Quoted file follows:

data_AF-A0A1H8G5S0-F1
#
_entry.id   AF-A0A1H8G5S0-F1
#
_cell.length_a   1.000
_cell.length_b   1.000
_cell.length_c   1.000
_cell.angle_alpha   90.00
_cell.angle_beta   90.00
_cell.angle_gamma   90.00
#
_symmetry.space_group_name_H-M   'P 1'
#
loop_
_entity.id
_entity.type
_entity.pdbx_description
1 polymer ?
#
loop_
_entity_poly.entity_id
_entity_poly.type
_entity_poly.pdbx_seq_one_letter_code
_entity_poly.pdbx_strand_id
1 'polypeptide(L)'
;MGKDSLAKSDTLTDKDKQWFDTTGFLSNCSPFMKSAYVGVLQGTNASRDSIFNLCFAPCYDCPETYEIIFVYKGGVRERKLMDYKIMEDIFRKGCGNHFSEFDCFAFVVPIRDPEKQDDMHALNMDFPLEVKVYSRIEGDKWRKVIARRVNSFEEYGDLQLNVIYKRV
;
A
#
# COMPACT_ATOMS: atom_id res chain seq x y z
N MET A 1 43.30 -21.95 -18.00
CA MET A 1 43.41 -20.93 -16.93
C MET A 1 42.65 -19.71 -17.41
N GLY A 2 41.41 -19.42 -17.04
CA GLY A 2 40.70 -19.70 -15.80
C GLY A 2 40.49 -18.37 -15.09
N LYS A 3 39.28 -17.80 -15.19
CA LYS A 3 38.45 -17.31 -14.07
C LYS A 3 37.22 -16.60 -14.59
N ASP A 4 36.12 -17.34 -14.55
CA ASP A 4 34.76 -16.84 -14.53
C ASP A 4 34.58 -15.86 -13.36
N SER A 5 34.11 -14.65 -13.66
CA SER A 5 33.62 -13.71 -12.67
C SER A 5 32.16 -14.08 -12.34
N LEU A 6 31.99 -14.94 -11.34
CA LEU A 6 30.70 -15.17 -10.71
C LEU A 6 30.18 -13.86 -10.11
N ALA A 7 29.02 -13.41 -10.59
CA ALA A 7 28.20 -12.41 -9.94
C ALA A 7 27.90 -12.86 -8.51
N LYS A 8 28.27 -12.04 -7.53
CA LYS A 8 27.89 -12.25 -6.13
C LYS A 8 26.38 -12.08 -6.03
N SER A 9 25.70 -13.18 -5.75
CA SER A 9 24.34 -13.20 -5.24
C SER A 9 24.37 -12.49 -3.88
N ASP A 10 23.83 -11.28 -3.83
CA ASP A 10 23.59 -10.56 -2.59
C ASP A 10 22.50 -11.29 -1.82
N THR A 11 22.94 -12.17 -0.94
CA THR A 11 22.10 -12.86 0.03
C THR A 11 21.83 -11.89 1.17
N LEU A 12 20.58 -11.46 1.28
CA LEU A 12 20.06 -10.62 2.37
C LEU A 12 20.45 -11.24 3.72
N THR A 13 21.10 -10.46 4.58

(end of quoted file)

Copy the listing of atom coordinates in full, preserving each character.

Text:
data_AF-A0A1H8G5S0-F1
#
_entry.id   AF-A0A1H8G5S0-F1
#
_cell.length_a   1.000
_cell.length_b   1.000
_cell.length_c   1.000
_cell.angle_alpha   90.00
_cell.angle_beta   90.00
_cell.angle_gamma   90.00
#
_symmetry.space_group_name_H-M   'P 1'
#
loop_
_entity.id
_entity.type
_entity.pdbx_description
1 polymer ?
#
loop_
_entity_poly.entity_id
_entity_poly.type
_entity_poly.pdbx_seq_one_letter_code
_entity_poly.pdbx_strand_id
1 'polypeptide(L)'
;MGKDSLAKSDTLTDKDKQWFDTTGFLSNCSPFMKSAYVGVLQGTNASRDSIFNLCFAPCYDCPETYEIIFVYKGGVRERKLMDYKIMEDIFRKGCGNHFSEFDCFAFVVPIRDPEKQDDMHALNMDFPLEVKVYSRIEGDKWRKVIARRVNSFEEYGDLQLNVIYKRV
;
A
#
# COMPACT_ATOMS: atom_id res chain seq x y z
N MET A 1 43.30 -21.95 -18.00
CA MET A 1 43.41 -20.93 -16.93
C MET A 1 42.65 -19.71 -17.41
N GLY A 2 41.41 -19.42 -17.04
CA GLY A 2 40.70 -19.70 -15.80
C GLY A 2 40.49 -18.37 -15.09
N LYS A 3 39.28 -17.80 -15.19
CA LYS A 3 38.45 -17.31 -14.07
C LYS A 3 37.22 -16.60 -14.59
N ASP A 4 36.12 -17.34 -14.55
CA ASP A 4 34.76 -16.84 -14.53
C ASP A 4 34.58 -15.86 -13.36
N SER A 5 34.11 -14.65 -13.66
CA SER A 5 33.62 -13.71 -12.67
C SER A 5 32.16 -14.08 -12.34
N LEU A 6 31.99 -14.94 -11.34
CA LEU A 6 30.70 -15.17 -10.71
C LEU A 6 30.18 -13.86 -10.11
N ALA A 7 29.02 -13.41 -10.59
CA ALA A 7 28.20 -12.41 -9.94
C ALA A 7 27.90 -12.86 -8.51
N LYS A 8 28.27 -12.04 -7.53
CA LYS A 8 27.89 -12.25 -6.13
C LYS A 8 26.38 -12.08 -6.03
N SER A 9 25.70 -13.18 -5.75
CA SER A 9 24.34 -13.20 -5.24
C SER A 9 24.37 -12.49 -3.88
N ASP A 10 23.83 -11.28 -3.83
CA ASP A 10 23.59 -10.56 -2.59
C ASP A 10 22.50 -11.29 -1.82
N THR A 11 22.94 -12.17 -0.94
CA THR A 11 22.10 -12.86 0.03
C THR A 11 21.83 -11.89 1.17
N LEU A 12 20.58 -11.46 1.28
CA LEU A 12 20.06 -10.62 2.37
C LEU A 12 20.45 -11.24 3.72
N THR A 13 21.10 -10.46 4.58